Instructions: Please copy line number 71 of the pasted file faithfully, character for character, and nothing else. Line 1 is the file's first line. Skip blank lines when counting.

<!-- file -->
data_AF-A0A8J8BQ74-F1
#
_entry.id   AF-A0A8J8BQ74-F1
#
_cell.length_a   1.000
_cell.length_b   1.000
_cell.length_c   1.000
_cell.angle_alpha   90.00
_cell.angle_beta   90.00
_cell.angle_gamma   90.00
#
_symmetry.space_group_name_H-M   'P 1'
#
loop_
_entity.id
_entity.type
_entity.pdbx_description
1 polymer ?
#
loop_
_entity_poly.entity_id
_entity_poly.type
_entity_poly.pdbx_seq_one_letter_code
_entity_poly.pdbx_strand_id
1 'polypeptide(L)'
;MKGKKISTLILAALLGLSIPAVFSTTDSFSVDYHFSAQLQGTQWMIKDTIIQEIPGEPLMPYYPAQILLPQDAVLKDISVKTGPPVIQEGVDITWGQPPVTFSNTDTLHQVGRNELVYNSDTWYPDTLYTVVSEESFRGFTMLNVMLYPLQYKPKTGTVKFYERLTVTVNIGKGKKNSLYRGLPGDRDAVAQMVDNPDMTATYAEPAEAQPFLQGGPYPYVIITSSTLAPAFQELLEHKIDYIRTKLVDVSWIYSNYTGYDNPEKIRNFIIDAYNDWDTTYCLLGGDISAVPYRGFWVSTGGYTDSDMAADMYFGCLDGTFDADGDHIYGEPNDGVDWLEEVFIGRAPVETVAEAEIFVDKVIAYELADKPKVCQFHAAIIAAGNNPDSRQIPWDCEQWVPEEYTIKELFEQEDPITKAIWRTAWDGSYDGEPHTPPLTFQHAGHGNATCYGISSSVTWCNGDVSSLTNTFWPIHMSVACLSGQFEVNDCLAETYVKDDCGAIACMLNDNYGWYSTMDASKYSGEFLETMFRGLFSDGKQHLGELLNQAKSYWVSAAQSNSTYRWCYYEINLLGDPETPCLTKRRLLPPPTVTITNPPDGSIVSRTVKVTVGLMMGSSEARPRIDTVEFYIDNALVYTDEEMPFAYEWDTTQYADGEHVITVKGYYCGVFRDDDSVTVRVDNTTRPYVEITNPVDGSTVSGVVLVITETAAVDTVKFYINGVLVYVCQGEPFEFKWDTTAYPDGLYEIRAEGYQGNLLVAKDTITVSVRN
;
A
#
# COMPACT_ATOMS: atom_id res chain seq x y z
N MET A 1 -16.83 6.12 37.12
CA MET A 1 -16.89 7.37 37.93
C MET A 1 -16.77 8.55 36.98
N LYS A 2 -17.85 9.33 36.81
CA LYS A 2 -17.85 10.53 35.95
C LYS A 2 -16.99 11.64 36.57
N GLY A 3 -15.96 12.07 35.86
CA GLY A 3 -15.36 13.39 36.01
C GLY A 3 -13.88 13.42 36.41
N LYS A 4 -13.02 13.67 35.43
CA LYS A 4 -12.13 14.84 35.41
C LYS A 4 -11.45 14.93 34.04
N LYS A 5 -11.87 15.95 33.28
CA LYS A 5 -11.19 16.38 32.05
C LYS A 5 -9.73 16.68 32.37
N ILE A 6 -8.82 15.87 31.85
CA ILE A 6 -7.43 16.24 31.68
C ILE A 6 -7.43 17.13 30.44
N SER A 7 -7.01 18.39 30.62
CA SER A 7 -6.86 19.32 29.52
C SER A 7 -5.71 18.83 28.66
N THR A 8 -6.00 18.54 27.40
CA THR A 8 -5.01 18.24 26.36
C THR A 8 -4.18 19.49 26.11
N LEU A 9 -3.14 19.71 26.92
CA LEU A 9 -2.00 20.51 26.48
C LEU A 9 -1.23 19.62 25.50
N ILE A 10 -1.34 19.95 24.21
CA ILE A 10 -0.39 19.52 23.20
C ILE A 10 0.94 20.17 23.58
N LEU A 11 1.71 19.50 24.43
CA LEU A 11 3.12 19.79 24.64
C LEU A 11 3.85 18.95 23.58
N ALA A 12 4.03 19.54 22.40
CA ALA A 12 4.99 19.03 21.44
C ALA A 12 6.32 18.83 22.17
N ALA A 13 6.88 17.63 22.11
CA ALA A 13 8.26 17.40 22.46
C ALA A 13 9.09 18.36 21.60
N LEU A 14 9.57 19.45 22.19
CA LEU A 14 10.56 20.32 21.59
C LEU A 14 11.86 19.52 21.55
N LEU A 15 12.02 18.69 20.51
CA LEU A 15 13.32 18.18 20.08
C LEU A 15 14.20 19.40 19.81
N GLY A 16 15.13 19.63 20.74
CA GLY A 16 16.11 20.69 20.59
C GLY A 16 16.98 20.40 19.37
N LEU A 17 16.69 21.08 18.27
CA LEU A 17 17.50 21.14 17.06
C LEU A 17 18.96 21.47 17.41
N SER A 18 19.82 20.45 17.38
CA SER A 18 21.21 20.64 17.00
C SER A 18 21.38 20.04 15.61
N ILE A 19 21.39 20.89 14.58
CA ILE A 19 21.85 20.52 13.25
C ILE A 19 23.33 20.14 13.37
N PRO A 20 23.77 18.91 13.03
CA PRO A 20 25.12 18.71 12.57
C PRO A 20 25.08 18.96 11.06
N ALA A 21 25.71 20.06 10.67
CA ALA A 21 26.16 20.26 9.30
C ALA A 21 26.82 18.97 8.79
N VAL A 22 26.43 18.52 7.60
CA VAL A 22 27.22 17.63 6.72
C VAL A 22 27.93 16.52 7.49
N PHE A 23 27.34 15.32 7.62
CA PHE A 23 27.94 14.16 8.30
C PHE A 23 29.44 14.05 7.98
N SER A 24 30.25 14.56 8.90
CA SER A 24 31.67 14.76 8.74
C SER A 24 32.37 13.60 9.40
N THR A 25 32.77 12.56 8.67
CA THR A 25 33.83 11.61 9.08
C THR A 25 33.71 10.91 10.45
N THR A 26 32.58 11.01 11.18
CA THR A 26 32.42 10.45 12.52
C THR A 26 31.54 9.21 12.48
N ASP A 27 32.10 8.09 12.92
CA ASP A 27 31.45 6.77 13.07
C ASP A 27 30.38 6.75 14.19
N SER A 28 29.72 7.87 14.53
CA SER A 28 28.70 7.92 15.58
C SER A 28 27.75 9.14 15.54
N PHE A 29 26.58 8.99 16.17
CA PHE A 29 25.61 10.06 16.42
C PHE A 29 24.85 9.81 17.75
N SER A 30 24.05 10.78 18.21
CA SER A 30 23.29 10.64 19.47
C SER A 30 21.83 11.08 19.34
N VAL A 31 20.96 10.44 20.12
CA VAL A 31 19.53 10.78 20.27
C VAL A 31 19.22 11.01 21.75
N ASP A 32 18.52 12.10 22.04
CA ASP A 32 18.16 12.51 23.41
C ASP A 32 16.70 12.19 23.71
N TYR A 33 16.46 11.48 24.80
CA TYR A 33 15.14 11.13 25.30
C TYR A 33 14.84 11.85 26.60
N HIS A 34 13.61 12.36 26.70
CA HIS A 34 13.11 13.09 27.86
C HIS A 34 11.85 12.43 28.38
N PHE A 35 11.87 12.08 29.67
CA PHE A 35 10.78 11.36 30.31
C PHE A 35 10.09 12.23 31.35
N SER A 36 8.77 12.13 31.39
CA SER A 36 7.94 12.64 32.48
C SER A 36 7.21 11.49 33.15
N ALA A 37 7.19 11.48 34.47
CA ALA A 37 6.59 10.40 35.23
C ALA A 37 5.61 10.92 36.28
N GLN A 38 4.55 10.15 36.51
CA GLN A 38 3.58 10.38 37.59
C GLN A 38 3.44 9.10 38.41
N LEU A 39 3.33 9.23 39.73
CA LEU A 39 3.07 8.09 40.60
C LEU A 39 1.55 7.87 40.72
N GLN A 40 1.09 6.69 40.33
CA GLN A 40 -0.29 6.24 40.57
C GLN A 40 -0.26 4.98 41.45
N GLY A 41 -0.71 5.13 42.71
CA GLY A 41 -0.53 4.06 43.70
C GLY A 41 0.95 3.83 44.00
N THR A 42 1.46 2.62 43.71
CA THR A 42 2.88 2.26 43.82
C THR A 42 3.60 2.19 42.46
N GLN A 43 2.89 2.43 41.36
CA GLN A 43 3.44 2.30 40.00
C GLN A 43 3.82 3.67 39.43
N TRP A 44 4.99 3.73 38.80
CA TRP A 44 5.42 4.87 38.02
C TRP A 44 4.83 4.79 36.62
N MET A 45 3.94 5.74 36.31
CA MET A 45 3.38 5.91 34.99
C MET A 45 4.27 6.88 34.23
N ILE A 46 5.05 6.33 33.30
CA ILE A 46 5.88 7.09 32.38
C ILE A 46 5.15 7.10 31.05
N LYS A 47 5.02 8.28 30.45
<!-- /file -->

CA LEU A 14 10.56 20.32 21.59